Ready for Some Culture Shock? (AR08)

by Naomi Yu

Inevitably, anytime you travel to a different part of the world or get exposed to a different culture, there are adjustments that need to be made, because things are just done differently than what we’re used to. Included below is what I found to be the Top 10 cultural differences or “shocks” that the team and I noticed and experienced during our time in Argentina. Because I am a teacher, the information is laid out into what’s called a ‘T-chart’ or ‘Compare/Contrast diagram.’ On the left is what we typically are used to in America, and on the right, I’ve included how these very same things are done in Argentina. Hopefully it will make you want to go and experience it for yourself one day.

American Greetings
We greet one another with a ‘Hello!’ You give people a wave and a verbal “hello,” and maybe just maybe if they are a closer friend or relative, you give them a hug. But bottom line, whatever you do, its one quick movement because everyone needs their personal space.

Argentinian Greetings
They greet one another with ‘Hola!’ AND…There is no such thing as personal space in Argentina. Everyone gives and receives hugs and kisses to everyone, and it doesn’t matter if you’re a guy, girl, young, old, or a child! Standard procedure is when you see someone, touch your left cheek to their left cheek and make a kissing noise.

Our Bathroom Etiquette
In America, the golden rule is, always throw the tissue paper you used into the toilet and make sure to flush after taking care of business.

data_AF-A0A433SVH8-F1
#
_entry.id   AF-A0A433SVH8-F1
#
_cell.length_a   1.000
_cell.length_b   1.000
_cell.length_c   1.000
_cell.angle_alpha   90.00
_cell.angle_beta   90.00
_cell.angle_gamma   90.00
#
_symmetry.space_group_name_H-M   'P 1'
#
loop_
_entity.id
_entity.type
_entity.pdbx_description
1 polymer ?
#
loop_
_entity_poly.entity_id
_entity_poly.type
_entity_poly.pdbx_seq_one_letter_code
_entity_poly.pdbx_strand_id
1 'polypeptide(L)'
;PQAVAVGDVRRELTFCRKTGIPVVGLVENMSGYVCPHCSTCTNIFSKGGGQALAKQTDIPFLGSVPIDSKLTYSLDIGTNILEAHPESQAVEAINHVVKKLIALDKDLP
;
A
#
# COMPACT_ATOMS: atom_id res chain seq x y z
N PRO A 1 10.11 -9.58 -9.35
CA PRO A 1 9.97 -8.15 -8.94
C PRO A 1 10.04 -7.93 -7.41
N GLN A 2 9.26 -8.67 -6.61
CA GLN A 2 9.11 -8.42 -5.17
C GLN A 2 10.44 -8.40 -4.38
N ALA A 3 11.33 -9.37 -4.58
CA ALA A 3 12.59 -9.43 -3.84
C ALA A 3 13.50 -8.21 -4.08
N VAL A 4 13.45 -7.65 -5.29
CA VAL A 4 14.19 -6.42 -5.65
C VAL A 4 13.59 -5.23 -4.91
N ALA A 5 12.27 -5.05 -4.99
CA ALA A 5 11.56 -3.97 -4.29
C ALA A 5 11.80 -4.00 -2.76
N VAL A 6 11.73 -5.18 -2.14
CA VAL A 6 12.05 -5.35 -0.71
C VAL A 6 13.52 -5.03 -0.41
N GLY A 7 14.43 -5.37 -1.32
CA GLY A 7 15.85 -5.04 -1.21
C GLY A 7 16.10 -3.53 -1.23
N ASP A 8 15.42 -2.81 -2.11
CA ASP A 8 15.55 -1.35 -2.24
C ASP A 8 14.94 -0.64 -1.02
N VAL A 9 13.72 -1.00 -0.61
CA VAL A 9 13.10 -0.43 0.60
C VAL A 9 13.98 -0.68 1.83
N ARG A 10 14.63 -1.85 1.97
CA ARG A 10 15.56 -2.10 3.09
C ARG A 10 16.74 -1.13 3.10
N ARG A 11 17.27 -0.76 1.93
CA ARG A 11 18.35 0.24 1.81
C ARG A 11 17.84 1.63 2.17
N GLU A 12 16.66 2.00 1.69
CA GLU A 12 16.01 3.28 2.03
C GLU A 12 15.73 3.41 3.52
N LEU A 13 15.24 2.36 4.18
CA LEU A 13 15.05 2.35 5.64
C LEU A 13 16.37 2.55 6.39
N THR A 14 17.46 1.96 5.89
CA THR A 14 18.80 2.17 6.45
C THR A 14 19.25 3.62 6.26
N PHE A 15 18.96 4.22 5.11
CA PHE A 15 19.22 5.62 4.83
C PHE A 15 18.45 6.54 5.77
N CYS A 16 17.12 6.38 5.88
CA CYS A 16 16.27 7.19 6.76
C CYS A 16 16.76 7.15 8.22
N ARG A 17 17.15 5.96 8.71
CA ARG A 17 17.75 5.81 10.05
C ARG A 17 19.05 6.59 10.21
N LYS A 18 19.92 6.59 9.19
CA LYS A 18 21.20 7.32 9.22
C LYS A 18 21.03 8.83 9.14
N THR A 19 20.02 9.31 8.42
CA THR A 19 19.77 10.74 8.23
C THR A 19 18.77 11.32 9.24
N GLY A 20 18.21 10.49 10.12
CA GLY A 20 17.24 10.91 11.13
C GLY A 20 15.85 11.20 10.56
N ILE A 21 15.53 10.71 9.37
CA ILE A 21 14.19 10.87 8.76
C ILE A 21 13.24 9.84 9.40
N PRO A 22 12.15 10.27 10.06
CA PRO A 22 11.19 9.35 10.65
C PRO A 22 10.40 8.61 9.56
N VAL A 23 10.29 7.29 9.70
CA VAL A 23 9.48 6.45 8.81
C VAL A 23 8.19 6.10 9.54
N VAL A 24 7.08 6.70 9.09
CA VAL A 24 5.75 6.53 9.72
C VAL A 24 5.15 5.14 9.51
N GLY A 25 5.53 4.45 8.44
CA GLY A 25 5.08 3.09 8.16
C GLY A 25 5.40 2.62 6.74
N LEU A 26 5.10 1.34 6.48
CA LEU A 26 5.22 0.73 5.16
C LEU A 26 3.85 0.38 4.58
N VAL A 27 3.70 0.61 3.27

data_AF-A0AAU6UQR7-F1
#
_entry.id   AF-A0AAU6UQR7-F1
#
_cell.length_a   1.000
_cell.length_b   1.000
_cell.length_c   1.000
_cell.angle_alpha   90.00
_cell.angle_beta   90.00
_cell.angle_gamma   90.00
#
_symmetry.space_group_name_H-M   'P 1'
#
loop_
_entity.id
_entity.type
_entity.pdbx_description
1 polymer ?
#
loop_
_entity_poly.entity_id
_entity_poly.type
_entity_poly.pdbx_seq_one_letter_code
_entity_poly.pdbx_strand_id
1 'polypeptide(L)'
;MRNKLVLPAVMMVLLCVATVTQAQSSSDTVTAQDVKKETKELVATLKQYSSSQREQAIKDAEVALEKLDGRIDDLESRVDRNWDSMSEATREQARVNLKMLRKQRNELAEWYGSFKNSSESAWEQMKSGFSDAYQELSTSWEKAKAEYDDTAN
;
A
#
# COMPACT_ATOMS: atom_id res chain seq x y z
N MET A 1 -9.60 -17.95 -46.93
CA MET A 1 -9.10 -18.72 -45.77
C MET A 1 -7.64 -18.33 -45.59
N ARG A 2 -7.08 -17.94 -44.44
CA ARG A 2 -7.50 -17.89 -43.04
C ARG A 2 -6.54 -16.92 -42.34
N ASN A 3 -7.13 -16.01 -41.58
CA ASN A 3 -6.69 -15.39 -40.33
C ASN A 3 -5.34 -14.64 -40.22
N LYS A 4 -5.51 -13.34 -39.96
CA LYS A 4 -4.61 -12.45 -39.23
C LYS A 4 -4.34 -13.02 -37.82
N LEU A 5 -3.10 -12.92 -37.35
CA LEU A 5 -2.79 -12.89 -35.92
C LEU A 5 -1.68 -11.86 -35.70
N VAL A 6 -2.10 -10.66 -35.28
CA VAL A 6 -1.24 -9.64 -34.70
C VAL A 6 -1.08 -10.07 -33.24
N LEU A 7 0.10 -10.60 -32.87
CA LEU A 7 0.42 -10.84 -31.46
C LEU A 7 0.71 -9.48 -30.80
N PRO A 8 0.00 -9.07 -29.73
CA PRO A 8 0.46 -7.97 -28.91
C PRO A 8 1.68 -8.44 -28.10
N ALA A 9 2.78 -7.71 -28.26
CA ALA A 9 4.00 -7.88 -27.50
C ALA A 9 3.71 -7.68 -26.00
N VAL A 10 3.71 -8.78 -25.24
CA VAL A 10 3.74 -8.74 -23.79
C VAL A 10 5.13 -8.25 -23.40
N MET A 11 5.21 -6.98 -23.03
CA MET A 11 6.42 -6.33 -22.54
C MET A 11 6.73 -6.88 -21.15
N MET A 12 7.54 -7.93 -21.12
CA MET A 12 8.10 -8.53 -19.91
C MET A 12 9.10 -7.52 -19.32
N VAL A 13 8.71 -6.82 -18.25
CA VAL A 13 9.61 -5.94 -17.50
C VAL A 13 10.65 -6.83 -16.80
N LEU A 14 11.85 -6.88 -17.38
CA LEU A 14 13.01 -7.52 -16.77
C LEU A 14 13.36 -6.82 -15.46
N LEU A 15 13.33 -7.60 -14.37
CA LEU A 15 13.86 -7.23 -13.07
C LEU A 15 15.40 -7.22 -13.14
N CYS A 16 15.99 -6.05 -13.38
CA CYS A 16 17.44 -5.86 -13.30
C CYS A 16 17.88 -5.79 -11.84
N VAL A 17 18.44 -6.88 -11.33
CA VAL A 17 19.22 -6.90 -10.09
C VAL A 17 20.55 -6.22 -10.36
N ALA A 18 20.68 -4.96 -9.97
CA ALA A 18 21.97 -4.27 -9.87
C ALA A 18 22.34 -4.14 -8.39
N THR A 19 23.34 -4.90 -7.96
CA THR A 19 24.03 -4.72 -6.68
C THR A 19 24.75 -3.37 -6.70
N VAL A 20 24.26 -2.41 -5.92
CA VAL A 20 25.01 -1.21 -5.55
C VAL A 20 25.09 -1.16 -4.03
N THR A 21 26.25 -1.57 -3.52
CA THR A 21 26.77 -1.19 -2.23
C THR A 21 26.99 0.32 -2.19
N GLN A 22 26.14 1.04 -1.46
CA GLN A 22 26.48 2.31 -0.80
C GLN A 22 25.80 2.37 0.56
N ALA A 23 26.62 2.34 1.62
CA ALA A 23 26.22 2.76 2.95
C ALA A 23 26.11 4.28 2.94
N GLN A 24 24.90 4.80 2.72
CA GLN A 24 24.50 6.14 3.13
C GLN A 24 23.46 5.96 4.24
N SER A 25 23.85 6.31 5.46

Their Bathroom Etiquette
In Argentina, never throw the tissue paper you used into the toilet, but instead deposit it in the little waste basket to the side. And don’t flush, because it doesn’t really work anyways.

Our Standard Meal Times
The average American eats breakfast from approximately 7-9 AM. It’s supposed to be your biggest meal of the day, but who really follows that rule anyways. Lunch is usually taken from
around 11-1 PM, and Dinner from 5-8 PM.

Their Un-Standard Meal Times
In Argentina, you better get ready to eat late and eat heavy. Breakfast is served every morning from 7-9 AM. Lunch is usually taken from around 1-3 PM. But dinner was served usually from 9:30-11 PM, and it was usually the heaviest meal of the day!

Table Manners
Common eating rules go like this. You first eat the main dish, then dessert and fruit afterwards if they are available. You should eat the food clean off the plates and upon finishing, you put the dishes used into the sink and throw away any loose trash into the trash can.

Table Madness
In Tucuman, you are served the main dish, then either dessert or fruit afterwards. If oranges are served, be sure not to throw the peels away. Instead, guard them with your life because you can be sure an orange peel fight will break out, and you will need to stock up on as much ammo as possible!

Transportation
Everyone in San Diego pretty much owns a car and drives themselves to get from place to place. We rarely utilize the carpool idea because its just more convenient to drive ourselves and do things on our own time/schedule (although things might change now that gas prices have gone up!).